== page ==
When you’ve got the Johnny Manziel’s of the world out there making professional athletes look like a stereotype, it’s great to have those that are better role models receiving the praise they deserve, even if they are humble about it. Kawhi Leonard has won his second consecutive NBA Defensive Players of the Year award with good reason, but rather than rush out and beat up on his girlfriend (Yeah, Manziel keeps getting a pass even though the bruises have disappeared like his career) or wreck his car while drinking, this guy shares the credit.
Kawhi Leonard tends to shrug off all the accolades for his defensive prowess. He will almost always credit his teammates and coach for any praise he receives.
It was no different Monday as Leonard won his second straight NBA Defensive Player of the Year award after helping the San Antonio Spurs have the league’s best defense.
“I just hide behind (his teammates) in the game, really,” Leonard said. “They give me the confidence to pressure my man and get into the ball handler. The bigs are there on the help side if the guy goes by me and I’m able to switch to other offensive players and all the other guards on my team to guard the best offensive player.”
Except coach Gregg Popovich isn’t so sure about all of that.
“He’s a team-oriented individual for sure,” Popovich said. “But I’ve got to tell you; I don’t think he knows when those guys are back there or not, he just goes and does what he does. He just plays. He’s giving credit to everyone as he should, he’s a wonderful young man, but the things he does amaze me night after night and the fact he does it at both ends really is something, and then he rebounds on top of it. So, he’s a pretty special guy.”
The 6-foot-7 Leonard received 84 first-place votes and 547 points from a panel of 130 sports writers and broadcasters throughout the U.S. and Canada. Green, the All-Star forward for Golden State, was runner-up for the second straight year with 44 first-place votes and 421 points. Miami center Hassan Whiteside was third with 83 points and two first-place votes.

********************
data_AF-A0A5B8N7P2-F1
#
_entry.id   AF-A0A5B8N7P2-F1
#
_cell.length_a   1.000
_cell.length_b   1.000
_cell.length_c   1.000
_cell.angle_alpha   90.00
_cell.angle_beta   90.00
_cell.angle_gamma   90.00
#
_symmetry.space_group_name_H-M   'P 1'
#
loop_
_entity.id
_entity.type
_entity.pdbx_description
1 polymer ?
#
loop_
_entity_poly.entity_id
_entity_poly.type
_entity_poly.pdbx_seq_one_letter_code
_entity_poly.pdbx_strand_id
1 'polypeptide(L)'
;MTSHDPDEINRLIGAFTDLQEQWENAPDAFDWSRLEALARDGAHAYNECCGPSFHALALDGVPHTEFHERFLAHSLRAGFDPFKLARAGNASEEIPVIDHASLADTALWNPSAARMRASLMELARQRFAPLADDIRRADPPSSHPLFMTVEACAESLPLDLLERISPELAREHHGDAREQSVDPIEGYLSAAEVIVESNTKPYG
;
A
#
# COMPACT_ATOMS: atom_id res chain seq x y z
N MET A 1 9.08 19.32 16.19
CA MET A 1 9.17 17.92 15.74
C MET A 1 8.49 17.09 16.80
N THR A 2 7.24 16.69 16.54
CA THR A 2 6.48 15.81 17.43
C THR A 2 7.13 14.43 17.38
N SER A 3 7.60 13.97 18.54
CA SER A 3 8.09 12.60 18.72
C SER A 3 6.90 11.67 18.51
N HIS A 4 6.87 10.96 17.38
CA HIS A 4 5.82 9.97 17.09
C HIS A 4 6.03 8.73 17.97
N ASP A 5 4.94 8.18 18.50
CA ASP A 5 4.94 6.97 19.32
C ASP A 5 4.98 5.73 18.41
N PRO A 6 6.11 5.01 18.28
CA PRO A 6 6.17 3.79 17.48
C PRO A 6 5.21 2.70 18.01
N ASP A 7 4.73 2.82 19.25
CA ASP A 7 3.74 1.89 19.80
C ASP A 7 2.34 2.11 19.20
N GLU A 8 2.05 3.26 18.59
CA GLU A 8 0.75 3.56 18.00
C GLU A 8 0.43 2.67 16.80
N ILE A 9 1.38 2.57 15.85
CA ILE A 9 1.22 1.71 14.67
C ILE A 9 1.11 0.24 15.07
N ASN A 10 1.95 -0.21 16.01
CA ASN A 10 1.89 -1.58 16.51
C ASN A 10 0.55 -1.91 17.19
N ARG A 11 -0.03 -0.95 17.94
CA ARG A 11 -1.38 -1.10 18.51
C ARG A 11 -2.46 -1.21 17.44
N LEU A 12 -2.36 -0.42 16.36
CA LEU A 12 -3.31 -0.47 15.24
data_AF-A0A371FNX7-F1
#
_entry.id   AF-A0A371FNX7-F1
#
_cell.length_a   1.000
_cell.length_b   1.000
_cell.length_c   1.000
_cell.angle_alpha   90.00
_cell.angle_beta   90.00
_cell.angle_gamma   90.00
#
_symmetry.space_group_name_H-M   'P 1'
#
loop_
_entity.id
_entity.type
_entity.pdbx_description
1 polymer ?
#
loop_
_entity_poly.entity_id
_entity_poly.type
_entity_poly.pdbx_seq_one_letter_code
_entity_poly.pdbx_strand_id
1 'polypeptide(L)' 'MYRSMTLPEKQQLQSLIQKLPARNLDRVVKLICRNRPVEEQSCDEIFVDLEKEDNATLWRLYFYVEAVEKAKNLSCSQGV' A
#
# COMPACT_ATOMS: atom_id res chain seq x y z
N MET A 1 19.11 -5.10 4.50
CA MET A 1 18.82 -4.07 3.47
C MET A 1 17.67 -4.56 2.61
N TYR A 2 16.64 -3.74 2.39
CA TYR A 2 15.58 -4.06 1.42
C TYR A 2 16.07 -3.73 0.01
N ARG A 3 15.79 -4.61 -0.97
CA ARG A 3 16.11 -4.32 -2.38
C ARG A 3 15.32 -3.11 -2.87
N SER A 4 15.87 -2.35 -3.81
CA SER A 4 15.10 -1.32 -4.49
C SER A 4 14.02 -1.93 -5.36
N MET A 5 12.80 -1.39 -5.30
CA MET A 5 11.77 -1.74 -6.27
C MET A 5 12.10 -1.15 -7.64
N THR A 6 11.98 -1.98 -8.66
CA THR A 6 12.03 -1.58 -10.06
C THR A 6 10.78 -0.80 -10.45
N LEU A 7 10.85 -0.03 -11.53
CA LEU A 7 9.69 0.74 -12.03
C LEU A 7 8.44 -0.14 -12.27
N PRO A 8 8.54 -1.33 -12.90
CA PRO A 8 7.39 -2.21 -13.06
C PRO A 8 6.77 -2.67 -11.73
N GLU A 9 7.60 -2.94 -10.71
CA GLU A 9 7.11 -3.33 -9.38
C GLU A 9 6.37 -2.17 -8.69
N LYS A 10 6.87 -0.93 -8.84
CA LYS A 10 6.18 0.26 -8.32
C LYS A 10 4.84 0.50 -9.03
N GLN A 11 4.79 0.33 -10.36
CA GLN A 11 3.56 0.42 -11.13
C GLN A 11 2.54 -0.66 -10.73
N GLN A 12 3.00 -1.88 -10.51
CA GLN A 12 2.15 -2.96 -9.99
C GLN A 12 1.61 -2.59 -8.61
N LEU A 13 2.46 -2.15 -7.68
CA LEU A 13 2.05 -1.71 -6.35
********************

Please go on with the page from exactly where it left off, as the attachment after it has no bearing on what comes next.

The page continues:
The Spurs were a franchise-record 67-15 this season and allowed a league-low 92.9 points per game. Leonard was 12th in the league in steals and averaged a career-best 0.99 blocks. He was just as smothering in the 106-74 win over the Grizzlies to open the playoffs over the weekend.
“He’s just aggressive,” Memphis veteran Vince Carter said as the Grizzlies prepared for Game 2 on Tuesday night. “He’s in passing lanes, he has great on-ball instincts, great hands and he blocks shots very well at his position as well. So, even if he gets beat, he can recover. He has very long arms. He’s just relentless, and he really gets their defense started.”
The Spurs drafted Leonard out of San Diego State in 2011 with the intent of having him fill the defensive void on the wing they had lacked since the retirement of Bruce Bowen in 2009. Leonard quickly became the team’s primary defensive stalwart. He also took on a larger role offensively this season, averaging a career-high 21.2 points during the regular season.
He prepared for the added workload in the offseason after Popovich and the Spurs’ Big Three of Duncan, Tony Parker and Manu Ginobili told Leonard that he and LaMarcus Aldridge would be the team’s main stars.
“You’ve got the strength and conditioning coaches here that know how to prolong your body throughout the season,” Leonard said. “You know what you need to do to have that energy each and every game. It just comes from within and just your preparation.”